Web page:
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Journal of Chemistry
Volume 2017 (2017), Article ID 6175315, 7 pages
Research Article

An Efficient K2CO3-Promoted Synthesis of 1-Bromo-2-aryloxyethane Derivatives and Evaluation of Larval Mortality against Aedes aegypti

1Grupo de Investigación en Farmacia Asistencial y Farmacología (GIFAF), Facultad de Química y Farmacia, Universidad del Atlántico, Barranquilla, Colombia
2Centro de Investigación y Desarrollo en Ciencias Aplicadas “Dr. J. J. Ronco” (CINDECA), Departamento de Química, Facultad de Ciencias Exactas, UNLP-CCT La Plata, CONICET, 1900 La Plata, Argentina
3Grupo de Investigación en Oxi/Hidrotratamiento Catalítico y Nuevos Materiales, Programa de Química-Ciencias Básicas, Universidad del Atlántico, Barranquilla, Colombia
4CISaV, Cátedra de Química Orgánica, Facultad de Ciencias Agrarias y Forestales, UNLP, La Plata, Argentina
5Grupo/Semillero de Investigación en Compuestos Heterocíclicos, Universidad del Atlántico, Barranquilla, Colombia

Correspondence should be addressed to Jorge Trilleras

Received 27 October 2016; Revised 18 April 2017; Accepted 27 April 2017; Published 15 June 2017

Academic Editor: Patricia Valentao

Copyright © 2017 Yina Pájaro et al. This is an open access article distributed under the Creative Commons Attribution License, which permits unrestricted use, distribution, and reproduction in any medium, provided the original work is properly cited.


The influences of reaction parameters on the etherification of phenols to obtain 1-bromo-2-aryloxyethane derivatives were evaluated. The compounds were prepared by direct etherification of phenols with 1,2-dibromoethane using anhydrous K2CO3 and acetonitrile as solvent reaction, at 80°C, in a reaction time of 6 h. Under these conditions, excellent yields (71%–94%) were obtained, with low yields of secondary products. The anhydrous K2CO3 was recycled by simple filtration, dried in vacuum, and reused. The compounds were characterized by conventional spectral data (MS and NMR). Larvicidal activity results showed a 100% larval mortality after 24-hour exposure to the compound 1-(2-bromoethoxy)-2-phenylbenzene.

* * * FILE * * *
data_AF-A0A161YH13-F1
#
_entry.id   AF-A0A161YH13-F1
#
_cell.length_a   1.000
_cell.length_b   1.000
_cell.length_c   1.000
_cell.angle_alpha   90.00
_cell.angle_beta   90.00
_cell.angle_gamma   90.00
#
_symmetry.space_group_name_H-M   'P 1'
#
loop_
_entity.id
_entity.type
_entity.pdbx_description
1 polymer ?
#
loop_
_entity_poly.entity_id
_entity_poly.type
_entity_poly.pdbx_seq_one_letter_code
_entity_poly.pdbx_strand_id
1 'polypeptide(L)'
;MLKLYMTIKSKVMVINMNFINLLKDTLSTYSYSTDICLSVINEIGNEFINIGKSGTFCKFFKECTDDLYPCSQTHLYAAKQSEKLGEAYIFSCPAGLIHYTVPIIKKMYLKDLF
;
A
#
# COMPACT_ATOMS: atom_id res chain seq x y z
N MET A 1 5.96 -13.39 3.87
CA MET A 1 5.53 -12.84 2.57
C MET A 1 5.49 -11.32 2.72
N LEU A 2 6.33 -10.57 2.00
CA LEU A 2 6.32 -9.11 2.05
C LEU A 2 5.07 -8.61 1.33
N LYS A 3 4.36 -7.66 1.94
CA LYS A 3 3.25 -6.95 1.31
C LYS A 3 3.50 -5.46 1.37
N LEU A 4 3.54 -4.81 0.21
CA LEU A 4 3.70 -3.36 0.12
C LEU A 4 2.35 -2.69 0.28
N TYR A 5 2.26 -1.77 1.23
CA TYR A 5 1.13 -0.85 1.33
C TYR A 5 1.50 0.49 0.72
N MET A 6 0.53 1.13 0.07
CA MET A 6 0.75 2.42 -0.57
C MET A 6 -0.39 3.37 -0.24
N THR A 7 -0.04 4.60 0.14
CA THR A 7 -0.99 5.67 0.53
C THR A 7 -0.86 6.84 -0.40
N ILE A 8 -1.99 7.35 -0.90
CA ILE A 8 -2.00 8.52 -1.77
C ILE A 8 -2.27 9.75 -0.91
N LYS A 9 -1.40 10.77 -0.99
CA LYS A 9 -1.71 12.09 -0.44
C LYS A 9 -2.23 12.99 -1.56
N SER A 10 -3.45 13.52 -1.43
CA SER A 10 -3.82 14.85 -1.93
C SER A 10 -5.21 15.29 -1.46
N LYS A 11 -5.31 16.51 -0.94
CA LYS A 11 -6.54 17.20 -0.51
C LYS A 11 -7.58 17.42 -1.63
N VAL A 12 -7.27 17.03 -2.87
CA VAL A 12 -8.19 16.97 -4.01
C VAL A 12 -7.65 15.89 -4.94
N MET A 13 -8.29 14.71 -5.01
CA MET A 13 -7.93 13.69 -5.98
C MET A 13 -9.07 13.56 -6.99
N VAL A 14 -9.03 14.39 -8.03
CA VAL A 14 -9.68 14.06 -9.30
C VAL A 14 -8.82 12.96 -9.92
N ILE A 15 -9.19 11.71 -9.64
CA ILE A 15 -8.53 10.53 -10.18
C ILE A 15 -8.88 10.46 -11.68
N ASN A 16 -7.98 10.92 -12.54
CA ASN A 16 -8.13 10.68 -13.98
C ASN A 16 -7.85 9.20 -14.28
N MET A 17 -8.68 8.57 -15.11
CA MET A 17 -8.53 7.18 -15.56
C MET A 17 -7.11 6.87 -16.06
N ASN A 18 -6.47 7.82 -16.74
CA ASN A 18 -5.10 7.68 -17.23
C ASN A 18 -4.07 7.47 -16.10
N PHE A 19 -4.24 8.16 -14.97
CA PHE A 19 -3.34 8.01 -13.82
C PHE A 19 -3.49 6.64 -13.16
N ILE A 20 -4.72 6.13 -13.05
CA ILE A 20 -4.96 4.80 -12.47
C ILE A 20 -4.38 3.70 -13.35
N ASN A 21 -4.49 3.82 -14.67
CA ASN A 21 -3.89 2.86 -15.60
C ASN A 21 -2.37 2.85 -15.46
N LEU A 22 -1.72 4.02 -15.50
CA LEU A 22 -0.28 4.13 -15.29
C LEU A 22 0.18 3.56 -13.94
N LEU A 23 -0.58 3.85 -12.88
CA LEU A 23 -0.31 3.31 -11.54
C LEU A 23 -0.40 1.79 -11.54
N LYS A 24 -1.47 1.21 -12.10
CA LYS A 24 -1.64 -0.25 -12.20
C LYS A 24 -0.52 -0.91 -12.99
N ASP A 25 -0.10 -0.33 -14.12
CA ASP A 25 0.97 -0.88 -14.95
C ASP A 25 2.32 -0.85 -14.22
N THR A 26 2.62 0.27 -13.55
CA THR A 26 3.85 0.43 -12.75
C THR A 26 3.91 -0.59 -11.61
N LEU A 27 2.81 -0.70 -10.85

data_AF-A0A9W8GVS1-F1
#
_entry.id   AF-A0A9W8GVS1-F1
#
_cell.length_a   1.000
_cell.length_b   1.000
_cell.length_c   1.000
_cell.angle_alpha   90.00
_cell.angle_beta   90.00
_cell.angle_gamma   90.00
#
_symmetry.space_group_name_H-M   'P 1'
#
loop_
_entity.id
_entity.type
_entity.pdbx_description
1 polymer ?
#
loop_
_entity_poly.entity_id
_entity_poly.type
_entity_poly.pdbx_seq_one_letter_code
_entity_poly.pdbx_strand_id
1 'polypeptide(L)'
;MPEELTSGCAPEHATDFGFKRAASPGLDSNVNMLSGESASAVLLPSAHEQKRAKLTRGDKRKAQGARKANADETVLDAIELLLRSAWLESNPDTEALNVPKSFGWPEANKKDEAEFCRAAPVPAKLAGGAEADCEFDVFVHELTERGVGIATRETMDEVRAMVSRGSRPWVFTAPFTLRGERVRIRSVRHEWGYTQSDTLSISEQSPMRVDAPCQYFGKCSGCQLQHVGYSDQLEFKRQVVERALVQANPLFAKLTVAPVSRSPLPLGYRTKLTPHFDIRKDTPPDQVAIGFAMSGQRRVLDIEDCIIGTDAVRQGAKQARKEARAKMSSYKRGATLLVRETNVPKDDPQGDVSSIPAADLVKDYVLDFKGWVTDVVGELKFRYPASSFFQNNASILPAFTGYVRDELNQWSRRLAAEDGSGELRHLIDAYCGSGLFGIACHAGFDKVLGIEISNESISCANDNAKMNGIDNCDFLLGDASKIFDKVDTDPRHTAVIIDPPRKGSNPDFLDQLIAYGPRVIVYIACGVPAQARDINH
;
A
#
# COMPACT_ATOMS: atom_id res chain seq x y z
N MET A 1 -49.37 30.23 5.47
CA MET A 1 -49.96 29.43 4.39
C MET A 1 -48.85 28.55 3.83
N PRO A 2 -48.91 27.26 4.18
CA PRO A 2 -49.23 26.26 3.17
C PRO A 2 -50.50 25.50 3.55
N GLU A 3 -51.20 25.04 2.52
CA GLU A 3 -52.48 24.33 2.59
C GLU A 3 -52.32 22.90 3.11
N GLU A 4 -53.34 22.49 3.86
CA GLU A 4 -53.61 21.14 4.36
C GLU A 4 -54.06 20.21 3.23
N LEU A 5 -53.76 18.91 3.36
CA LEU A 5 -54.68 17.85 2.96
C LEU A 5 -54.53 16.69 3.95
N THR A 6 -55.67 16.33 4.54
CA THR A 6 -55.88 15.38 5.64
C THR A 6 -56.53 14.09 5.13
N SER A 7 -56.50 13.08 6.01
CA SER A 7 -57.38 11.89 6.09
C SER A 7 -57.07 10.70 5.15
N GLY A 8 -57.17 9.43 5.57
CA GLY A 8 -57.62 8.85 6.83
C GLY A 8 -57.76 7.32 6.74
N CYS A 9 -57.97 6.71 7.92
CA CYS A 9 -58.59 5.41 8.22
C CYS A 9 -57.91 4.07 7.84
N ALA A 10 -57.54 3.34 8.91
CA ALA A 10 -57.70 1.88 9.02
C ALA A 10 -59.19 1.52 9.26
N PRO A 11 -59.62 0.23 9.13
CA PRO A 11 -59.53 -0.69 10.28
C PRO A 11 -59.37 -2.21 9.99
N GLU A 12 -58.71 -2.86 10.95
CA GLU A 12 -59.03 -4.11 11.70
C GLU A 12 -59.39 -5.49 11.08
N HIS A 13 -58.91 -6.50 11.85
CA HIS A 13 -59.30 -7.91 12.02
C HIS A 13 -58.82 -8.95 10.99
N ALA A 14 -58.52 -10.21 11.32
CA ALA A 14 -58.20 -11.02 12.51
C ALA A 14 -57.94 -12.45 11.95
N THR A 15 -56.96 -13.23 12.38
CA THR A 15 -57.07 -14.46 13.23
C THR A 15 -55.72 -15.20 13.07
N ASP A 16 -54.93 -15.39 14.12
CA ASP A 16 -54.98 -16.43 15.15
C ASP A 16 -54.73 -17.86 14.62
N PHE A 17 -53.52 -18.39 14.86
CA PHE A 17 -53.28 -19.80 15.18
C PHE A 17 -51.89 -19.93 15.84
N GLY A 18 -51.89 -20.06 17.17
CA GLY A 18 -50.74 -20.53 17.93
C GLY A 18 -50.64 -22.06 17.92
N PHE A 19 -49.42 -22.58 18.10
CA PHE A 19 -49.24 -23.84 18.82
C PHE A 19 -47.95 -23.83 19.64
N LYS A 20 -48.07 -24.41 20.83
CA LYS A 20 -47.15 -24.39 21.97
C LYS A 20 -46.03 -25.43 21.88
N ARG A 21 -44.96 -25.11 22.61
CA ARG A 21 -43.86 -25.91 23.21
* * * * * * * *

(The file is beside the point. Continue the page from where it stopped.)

1. Introduction

Generally, the synthesis of chemical compounds is associated with expensive and unfriendly environmental procedures. These disadvantages have become a challenge for chemists, transforming these methodologies into simple procedures, easy implementation, and low environmental impact, with the purpose of obtaining organic compounds with potential applications. In this context, the synthesis of organic compounds including aromatic rings in their structure has been widely reported in the literature. The compounds with aromatic substructure have been reported to show a broad spectrum of pharmaceutical, agricultural, and chemical engineering applications and are scaffolding reagents for synthetic organic chemistry [16]. They are also ubiquitous structural units in biologically important molecules such as cyclooxygenase and β-galactosidase inhibitors and anticancer porphyrins [7]. A large number of them can be used as adhesives, herbicides, fungicides, and fire retardant [1, 8, 9].

For the preparation of ethers, one of the main aromatic derivatives, a variety of procedures have been developed over recent years. Some methods include intramolecular etherification using InCl3 [10], reductive etherification of aldehydes photocatalyze [11], and modifications to conventional Williamson synthesis [12], the most appropriate method for the preparation of symmetrical and unsymmetrical ethers, which involves treating a halide with an alkoxylated derivative or by direct mixture of a halide with KOH solid [13].

Particularly, 1-bromo-2-aryloxyethane derivatives have been prepared from phenols and 1,2-dibromoethane, employing different bases and solvents, and include Na2CO3/glycerol, KOH/butanone, K2CO3/MeCN [14], Bu4NBr/toluene [15], NaOH/Bu4NBr [16], NaOH/H2O [17], K2CO3/butanone [18], K2CO3/DMF [19], and NaH/EtOH [20], among other modifications to the classical Williamson ether synthesis.

The use of synthetic organic compounds as alternative sources of insecticidal/larvicidal agents in the fight against the dengue, Zika, and chikungunya vector-borne diseases has become inevitable. In this context, the relevant bioactivity of these bromo-derivative compounds aroused our interest in synthesizing several compounds and screening them for Aedes aegypti larval mortality. In continuation of our work, we prepared twelve 1-bromo-2-phenoxyethane derivatives (Scheme 1, Table 4), optimizing one of the classical methods described in the literature [2125], and then studied the larval mortality of A. aegypti (Table 5).

Scheme 1: K2CO3-promoted synthesis of 1-bromo-2-aryloxyethane derivatives.

2. Materials and Methods

2.1. General